the business of telangana

kancha ilaiah offers some advice to 'hyderabad capitalists':
“We will not allow your business in Hyderabad”, they say. “We will not allow your cinema industry to run; we will not allow even your cricket match to take place”.

You have pacified them by bribing them. Of course, you have also aided and abetted a united Andhra movement alongside.

What worries me most is the way the leaders growing around such movements have become richer day by day.

Thanks to this, your economic activity has been going on without hurdles. After each such threat, it is the threat giver’s wealth and health that is increasing. But the general health of Telangana — the economic health of its aam aadmi — has been deteriorating.

In the late 60s and early 70s the Telangana movement was conducted mostly on legs and bicycles. The bigger leaders of the movement were moving in jeeps, and even the biggest ones could only boast Ambassador cars.

Yet they conducted agitations that shook the Centre, inspired the youth to brave bullets and also won elections — 11 out of 14 parliamentary seats were in the pocket of Praja Samithi.

Of course, that movement also caused loss of lives and disrupted education. Lot of public property that Telangana people would have used for their advancement was damaged. The agitations also pushed the region backwards in the field of education. And no great moral leader or intellectual emerged from the movement. And most importantly, Telangana did not become a separate state.

But the fact remains that no leader made money out of that movement. Only Mr Chenna Reddy made political capital.

Now look at the present Telangana movement and its drivers. All you see is money, money and more money. Where is it coming from? Obviously much of it is coming from you. You see this movement as an inevitable evil and want to handle it as carefully as possible.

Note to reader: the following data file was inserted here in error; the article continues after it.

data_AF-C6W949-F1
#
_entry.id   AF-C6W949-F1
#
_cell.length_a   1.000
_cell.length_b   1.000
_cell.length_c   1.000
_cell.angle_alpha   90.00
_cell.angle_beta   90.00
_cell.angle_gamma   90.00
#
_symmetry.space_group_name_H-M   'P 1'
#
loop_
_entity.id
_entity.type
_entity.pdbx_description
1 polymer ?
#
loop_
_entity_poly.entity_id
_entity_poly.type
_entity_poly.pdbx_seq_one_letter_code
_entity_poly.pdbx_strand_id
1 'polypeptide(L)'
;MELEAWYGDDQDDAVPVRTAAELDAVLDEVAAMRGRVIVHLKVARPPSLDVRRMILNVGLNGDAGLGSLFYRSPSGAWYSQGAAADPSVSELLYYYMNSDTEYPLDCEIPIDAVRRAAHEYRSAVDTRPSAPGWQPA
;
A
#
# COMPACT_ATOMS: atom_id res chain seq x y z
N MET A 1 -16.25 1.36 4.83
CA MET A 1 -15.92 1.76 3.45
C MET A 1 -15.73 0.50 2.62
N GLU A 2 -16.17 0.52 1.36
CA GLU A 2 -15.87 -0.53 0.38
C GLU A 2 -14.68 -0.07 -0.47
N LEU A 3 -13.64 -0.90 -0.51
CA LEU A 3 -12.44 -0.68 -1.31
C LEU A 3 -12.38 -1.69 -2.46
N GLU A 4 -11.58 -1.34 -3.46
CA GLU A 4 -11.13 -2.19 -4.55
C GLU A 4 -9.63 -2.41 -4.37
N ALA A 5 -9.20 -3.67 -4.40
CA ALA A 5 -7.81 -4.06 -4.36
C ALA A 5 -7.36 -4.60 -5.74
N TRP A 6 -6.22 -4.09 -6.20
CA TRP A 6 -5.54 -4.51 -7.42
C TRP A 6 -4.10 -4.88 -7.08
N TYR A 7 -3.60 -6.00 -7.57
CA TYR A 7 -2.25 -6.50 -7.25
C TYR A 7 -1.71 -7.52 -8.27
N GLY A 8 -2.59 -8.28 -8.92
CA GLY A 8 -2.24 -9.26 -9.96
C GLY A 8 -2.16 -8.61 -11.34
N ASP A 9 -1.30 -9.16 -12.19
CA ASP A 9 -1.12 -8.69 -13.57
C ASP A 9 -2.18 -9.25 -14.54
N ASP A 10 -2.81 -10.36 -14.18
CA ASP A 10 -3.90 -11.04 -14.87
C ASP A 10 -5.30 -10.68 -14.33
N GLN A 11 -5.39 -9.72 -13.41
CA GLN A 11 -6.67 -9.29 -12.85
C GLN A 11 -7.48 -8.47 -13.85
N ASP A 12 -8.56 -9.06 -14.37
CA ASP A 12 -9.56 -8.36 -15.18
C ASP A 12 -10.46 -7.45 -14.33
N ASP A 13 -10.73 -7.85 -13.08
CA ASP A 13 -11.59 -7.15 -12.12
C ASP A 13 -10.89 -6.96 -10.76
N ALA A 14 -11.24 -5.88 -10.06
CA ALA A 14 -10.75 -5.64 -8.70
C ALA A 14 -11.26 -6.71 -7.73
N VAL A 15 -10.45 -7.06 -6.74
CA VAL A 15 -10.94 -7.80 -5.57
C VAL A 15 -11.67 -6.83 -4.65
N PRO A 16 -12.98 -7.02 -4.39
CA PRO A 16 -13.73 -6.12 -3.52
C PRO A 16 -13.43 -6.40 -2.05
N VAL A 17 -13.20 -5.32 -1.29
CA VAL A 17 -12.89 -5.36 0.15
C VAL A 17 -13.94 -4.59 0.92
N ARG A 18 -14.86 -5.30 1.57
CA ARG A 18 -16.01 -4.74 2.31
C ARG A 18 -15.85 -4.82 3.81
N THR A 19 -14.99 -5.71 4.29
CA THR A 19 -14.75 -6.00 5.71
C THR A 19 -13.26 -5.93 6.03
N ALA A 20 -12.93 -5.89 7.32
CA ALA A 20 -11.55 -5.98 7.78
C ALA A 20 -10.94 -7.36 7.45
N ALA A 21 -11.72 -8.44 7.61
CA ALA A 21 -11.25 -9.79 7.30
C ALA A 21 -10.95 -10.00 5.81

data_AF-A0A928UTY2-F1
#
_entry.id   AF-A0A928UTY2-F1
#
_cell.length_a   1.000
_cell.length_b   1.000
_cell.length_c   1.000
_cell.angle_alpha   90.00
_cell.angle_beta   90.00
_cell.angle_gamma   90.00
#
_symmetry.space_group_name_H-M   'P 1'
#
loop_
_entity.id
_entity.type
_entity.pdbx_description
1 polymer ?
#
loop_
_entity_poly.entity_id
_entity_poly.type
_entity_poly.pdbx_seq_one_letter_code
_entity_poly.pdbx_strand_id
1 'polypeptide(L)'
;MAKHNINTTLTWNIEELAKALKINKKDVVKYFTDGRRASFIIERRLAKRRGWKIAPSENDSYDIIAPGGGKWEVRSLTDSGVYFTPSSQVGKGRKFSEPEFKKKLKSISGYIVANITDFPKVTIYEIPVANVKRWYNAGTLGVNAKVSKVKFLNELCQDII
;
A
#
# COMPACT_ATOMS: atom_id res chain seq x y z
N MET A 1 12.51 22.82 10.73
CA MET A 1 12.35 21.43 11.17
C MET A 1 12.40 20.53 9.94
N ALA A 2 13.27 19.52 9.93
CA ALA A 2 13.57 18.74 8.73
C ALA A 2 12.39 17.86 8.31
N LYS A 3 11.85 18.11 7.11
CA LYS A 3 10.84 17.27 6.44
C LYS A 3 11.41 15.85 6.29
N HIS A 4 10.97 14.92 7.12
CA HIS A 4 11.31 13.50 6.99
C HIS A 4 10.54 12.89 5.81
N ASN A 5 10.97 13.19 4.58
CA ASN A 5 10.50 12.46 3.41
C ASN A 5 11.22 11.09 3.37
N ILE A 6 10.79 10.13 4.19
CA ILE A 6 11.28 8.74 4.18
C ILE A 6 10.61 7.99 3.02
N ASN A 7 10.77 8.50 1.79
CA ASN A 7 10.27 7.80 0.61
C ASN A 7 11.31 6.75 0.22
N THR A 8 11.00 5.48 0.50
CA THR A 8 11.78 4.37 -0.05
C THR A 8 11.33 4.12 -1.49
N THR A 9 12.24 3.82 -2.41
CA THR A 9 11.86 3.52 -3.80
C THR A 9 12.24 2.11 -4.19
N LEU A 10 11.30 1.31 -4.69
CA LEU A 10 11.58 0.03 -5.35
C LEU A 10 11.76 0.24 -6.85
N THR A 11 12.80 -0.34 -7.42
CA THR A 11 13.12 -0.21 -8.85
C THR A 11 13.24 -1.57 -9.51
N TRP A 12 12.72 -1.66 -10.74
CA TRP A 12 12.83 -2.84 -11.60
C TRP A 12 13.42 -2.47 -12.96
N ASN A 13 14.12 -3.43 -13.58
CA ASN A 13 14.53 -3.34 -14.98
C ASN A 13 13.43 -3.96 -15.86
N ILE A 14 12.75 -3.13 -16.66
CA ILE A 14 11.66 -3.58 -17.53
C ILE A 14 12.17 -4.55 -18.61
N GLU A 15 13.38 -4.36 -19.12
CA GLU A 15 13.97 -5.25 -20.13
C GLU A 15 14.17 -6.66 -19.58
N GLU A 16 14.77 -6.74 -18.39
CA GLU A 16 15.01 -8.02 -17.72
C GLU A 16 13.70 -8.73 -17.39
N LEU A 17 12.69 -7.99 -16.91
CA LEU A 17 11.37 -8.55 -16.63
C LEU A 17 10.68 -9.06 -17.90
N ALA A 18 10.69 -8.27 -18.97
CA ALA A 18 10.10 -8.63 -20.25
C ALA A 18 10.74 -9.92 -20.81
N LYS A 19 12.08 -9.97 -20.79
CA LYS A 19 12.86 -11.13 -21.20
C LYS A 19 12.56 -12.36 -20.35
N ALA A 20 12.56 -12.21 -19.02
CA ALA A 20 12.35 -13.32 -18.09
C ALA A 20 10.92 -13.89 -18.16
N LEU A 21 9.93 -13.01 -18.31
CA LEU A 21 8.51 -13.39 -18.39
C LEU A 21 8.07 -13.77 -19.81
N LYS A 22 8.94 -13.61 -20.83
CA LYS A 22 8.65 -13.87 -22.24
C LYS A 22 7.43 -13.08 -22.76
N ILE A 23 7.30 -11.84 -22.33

There is a saying that Capitalists like corrupt Communists. Not only can the corrupt Communist be bribed, his presence also gives a bigger moral licence to the capitalist to exploit workers more and more.
apart from politicians, too many other people from other classes seem to have developed an increasing interest in the telangana industry over the last several years. out of work film actors. directors. hardly working government babus and teachers. lawyers looking for prosecutors', magistrates' posts. thousands of aspiring legislators and corporators. you name them. if the road to telangana itself holds such huge business potential, think about the hold of the destination for them.

look at kcr himself. in the beginning, it was only kcr. and then a couple of his nephews joined the 'agitation'. one of them became an mla twice. somewhere along the way, he managed to lose his hawai chappals and managed to buy himself more trendy footwear and much else. and then kcr's son left his job in the information technology industry in the u.s., and decided the telangana business was much more lucrative. he was soon followed by his sister and brother-in-law. and numerous cousins and other relatives are also hanging around..what does all that illustrate?

and then there are more smart people waiting in the wings, like lots of successful telanganis working abroad. like a few in the telangana development forum for instance. it's difficult to say how many of them will be chosen as candidates by mainstream political parties in the next elections for the andhra pradesh or telangana assembly (it doesn't matter which, really) but many of them are saving money to buy tickets, i'm sure.


Kiran said...

Moral underpinnings of politics are important for a relatively stable and prosperous societies. In that regard almost all political parties in India without sectarian interests at heart(like BJP, TRS) have sound moral principles which they articulate publicly (and violate in private). Even BJP has very little agenda to attack any constitutional principles like TRS has.
What makes telangana movement an ugly exception is that it has no moral underpinnings - either in public or private.

kuffir said...


there are a lot of otherwise clearthinking activists of impeccable reputations also participating in the movement.. but yes, as far as the trs and other career politicians from other parties supporting the movement are concerned, i totally agree with you.. also, not surprisingly, a large number of lumpen elements, businessmen and careerists of various professions, motivated solely by private gains, are taking a very keen interest in the 'movement'.